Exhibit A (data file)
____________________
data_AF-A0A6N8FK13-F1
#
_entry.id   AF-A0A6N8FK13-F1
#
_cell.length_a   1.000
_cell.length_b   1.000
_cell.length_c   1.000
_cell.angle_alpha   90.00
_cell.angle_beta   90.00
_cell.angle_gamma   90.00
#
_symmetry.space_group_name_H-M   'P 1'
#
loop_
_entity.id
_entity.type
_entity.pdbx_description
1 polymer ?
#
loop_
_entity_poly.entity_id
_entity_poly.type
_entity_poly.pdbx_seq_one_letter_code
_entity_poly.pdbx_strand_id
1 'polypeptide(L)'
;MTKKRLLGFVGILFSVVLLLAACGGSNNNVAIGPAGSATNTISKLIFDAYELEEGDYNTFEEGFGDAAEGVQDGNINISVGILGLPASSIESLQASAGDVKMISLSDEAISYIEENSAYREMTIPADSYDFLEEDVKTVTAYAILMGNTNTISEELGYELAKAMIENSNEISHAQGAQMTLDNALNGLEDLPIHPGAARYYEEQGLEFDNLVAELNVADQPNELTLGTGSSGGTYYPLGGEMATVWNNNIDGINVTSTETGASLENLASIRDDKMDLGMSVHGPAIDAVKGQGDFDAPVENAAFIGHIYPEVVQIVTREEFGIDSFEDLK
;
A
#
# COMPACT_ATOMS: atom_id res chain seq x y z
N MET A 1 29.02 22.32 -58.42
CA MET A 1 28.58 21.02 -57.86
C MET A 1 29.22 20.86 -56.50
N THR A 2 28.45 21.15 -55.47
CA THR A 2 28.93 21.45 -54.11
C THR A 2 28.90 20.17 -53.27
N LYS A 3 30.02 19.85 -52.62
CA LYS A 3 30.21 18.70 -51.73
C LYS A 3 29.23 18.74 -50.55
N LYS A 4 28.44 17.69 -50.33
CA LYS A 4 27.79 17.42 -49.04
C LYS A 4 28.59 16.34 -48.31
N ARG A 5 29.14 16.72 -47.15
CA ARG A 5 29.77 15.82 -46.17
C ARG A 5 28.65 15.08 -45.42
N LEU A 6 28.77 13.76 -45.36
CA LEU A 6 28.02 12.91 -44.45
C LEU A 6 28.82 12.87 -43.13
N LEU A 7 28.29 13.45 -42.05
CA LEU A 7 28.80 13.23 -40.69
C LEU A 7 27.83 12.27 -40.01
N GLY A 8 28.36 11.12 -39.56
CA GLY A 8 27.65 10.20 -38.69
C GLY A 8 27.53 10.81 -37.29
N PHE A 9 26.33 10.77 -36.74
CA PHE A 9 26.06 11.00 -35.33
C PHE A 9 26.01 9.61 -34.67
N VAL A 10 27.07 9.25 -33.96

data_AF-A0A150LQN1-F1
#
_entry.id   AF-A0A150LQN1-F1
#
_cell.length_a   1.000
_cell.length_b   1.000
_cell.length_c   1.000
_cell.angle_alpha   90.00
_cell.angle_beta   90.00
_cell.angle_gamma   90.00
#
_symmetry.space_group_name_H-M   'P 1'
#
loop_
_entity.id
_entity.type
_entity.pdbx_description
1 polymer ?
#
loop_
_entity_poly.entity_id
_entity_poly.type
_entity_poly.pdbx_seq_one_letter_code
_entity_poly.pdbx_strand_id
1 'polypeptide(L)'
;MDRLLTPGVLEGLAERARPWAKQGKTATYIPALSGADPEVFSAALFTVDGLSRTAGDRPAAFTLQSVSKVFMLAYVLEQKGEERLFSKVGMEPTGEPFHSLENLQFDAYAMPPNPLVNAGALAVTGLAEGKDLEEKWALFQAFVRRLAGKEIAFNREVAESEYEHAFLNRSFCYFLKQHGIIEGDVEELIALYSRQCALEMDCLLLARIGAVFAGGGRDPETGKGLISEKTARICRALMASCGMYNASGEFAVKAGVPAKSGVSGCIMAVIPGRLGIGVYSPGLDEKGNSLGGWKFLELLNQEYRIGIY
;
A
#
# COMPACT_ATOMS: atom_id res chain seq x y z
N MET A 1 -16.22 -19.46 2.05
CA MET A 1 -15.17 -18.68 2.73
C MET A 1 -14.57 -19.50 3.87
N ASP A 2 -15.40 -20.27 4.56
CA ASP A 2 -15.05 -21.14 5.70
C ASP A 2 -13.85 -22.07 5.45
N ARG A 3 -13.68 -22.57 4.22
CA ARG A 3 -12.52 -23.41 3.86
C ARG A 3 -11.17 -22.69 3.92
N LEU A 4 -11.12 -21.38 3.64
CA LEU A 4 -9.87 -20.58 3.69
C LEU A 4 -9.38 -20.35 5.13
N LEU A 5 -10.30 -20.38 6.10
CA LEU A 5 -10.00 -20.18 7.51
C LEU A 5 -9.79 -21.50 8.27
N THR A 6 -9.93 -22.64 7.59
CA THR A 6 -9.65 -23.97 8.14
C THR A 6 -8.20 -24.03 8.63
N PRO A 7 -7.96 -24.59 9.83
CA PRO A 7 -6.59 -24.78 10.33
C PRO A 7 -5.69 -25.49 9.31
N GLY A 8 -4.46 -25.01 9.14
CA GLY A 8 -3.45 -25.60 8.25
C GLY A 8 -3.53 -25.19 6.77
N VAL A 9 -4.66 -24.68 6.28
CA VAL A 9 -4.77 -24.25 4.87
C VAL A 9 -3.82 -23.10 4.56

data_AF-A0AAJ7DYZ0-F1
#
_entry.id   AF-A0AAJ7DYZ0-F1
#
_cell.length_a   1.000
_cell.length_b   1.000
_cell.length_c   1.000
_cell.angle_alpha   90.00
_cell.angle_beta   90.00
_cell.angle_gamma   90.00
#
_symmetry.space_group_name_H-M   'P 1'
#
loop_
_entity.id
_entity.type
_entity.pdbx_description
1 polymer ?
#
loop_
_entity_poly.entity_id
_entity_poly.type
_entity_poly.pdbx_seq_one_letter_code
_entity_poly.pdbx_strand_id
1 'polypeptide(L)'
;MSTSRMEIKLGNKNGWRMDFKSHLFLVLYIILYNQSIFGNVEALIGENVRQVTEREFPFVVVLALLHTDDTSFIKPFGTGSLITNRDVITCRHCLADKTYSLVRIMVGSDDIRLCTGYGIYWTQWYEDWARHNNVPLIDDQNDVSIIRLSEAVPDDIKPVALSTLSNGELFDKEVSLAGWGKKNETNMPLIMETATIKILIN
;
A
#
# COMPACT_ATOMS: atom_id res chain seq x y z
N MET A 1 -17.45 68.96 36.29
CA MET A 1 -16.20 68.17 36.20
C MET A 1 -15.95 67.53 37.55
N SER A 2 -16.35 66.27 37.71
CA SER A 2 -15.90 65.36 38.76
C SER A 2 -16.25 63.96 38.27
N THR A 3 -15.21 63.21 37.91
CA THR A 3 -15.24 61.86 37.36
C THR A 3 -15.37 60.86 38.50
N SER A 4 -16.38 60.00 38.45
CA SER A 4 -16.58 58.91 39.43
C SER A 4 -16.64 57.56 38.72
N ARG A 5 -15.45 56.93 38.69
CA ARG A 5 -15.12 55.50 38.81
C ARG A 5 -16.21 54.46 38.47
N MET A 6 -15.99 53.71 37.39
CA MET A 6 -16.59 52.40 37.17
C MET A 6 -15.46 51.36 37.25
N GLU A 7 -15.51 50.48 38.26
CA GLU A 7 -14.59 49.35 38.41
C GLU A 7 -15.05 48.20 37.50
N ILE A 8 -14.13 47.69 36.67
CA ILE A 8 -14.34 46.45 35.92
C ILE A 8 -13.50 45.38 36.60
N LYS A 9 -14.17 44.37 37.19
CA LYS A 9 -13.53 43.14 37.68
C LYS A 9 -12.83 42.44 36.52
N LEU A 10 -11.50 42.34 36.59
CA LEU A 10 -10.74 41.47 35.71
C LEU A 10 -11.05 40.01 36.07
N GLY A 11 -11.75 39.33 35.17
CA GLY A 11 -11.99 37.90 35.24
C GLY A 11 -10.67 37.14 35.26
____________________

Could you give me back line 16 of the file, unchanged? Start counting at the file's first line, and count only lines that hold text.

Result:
_entity.type